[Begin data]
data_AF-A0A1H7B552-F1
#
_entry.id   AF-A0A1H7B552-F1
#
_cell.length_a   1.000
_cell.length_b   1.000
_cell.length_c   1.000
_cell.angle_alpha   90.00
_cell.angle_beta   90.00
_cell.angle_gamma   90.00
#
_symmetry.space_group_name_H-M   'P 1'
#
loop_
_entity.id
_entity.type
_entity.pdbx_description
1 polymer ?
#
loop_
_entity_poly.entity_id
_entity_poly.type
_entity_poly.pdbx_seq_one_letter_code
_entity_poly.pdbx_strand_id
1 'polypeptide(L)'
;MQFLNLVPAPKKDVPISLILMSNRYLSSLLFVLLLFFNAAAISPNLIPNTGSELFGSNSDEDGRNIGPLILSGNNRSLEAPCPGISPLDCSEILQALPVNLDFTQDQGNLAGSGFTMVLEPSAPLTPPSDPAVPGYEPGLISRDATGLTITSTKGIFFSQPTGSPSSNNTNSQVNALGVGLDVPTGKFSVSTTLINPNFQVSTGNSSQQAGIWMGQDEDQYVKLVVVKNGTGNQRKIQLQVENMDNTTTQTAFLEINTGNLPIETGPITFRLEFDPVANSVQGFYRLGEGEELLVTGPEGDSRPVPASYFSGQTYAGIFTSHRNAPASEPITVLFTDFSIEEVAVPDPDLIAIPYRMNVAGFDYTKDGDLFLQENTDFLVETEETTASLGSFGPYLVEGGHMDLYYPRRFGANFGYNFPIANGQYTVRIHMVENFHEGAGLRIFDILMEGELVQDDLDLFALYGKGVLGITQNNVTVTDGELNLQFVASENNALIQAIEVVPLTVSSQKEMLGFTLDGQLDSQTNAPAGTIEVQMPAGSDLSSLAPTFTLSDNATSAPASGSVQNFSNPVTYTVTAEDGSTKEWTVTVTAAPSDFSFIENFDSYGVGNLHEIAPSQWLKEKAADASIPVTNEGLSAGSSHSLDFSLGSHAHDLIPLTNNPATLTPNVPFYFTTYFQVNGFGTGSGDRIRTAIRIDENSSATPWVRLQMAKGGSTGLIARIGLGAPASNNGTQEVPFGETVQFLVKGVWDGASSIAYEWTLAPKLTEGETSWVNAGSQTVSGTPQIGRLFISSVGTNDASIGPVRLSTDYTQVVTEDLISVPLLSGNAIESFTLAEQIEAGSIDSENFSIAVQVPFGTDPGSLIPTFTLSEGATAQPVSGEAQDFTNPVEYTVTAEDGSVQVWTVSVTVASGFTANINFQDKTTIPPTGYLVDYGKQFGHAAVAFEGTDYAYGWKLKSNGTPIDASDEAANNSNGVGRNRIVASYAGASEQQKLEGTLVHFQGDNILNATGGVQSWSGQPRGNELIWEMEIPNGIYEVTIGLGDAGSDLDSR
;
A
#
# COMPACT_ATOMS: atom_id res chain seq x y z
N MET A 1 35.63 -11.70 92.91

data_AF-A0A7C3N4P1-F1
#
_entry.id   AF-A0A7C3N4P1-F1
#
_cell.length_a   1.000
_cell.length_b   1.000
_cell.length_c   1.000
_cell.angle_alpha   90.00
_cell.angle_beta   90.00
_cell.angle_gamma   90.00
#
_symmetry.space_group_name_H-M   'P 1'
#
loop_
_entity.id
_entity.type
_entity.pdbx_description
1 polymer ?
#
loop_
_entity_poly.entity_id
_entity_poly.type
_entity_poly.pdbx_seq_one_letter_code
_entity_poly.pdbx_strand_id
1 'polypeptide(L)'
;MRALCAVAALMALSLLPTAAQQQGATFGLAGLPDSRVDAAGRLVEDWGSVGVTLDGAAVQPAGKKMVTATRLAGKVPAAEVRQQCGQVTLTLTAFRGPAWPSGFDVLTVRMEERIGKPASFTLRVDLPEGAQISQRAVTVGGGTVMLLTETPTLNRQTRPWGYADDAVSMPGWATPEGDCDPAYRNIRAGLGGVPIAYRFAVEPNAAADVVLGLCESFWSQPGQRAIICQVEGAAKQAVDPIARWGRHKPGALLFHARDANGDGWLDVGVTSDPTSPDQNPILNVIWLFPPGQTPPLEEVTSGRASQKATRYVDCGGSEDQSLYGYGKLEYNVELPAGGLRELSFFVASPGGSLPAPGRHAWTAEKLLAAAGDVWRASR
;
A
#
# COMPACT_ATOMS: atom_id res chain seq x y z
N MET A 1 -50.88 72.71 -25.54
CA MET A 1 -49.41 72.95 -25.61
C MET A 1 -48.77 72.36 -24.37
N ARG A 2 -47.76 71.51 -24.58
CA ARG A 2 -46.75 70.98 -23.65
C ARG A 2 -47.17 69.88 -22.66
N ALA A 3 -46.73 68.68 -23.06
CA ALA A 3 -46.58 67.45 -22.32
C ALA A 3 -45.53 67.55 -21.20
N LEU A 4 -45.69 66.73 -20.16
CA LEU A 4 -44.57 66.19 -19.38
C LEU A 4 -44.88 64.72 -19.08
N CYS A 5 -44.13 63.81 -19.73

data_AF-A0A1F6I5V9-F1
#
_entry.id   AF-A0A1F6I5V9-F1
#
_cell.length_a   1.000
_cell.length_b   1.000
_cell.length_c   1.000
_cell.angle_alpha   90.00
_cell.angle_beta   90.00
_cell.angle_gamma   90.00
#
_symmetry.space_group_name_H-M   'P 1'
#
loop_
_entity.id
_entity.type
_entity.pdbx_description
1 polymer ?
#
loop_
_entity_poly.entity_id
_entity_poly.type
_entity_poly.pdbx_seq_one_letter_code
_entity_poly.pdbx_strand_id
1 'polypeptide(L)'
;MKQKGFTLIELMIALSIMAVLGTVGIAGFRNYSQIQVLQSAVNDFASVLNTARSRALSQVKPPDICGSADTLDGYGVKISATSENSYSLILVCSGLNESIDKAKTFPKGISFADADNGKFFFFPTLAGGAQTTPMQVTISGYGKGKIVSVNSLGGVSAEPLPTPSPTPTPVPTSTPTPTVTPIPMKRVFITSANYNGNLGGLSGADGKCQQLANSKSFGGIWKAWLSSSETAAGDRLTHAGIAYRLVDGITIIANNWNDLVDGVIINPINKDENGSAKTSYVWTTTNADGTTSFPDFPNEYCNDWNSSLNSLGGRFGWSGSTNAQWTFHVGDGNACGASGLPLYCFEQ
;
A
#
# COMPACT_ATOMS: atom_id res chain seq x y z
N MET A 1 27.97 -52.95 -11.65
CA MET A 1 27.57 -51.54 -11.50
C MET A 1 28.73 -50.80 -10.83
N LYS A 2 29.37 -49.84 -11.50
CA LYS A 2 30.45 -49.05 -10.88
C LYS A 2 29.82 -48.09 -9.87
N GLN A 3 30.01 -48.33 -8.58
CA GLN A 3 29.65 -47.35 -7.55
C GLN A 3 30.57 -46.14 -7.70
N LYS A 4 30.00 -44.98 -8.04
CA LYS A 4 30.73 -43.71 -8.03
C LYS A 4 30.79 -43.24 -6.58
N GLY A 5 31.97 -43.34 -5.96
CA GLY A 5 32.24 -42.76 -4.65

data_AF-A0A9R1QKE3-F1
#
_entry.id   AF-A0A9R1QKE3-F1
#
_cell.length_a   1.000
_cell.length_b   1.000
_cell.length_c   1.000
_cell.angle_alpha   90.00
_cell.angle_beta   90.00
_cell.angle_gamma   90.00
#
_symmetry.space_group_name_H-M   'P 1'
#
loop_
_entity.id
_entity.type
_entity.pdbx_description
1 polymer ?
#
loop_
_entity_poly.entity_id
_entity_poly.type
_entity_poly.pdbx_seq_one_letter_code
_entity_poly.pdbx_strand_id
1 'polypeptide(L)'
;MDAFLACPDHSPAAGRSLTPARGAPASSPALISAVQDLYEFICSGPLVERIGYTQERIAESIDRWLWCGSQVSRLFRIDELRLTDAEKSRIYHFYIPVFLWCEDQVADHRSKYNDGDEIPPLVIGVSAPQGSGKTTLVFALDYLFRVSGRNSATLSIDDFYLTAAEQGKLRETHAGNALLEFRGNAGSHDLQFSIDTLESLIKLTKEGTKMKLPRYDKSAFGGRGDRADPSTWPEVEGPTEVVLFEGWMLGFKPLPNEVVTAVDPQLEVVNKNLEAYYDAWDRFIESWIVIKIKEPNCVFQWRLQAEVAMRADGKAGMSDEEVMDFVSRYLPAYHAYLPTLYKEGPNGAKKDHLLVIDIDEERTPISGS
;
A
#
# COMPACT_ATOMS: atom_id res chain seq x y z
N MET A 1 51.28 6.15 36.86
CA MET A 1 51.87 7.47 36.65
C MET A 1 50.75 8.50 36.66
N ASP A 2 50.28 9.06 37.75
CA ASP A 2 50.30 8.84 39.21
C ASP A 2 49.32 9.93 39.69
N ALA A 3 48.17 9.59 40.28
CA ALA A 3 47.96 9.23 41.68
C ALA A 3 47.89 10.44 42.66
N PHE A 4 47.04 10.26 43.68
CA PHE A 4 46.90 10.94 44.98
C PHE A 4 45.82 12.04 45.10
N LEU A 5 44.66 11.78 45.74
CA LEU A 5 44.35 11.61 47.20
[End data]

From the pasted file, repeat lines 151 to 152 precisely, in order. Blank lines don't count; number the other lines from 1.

C MET A 1 50.75 8.50 36.66
N ASP A 2 50.28 9.06 37.75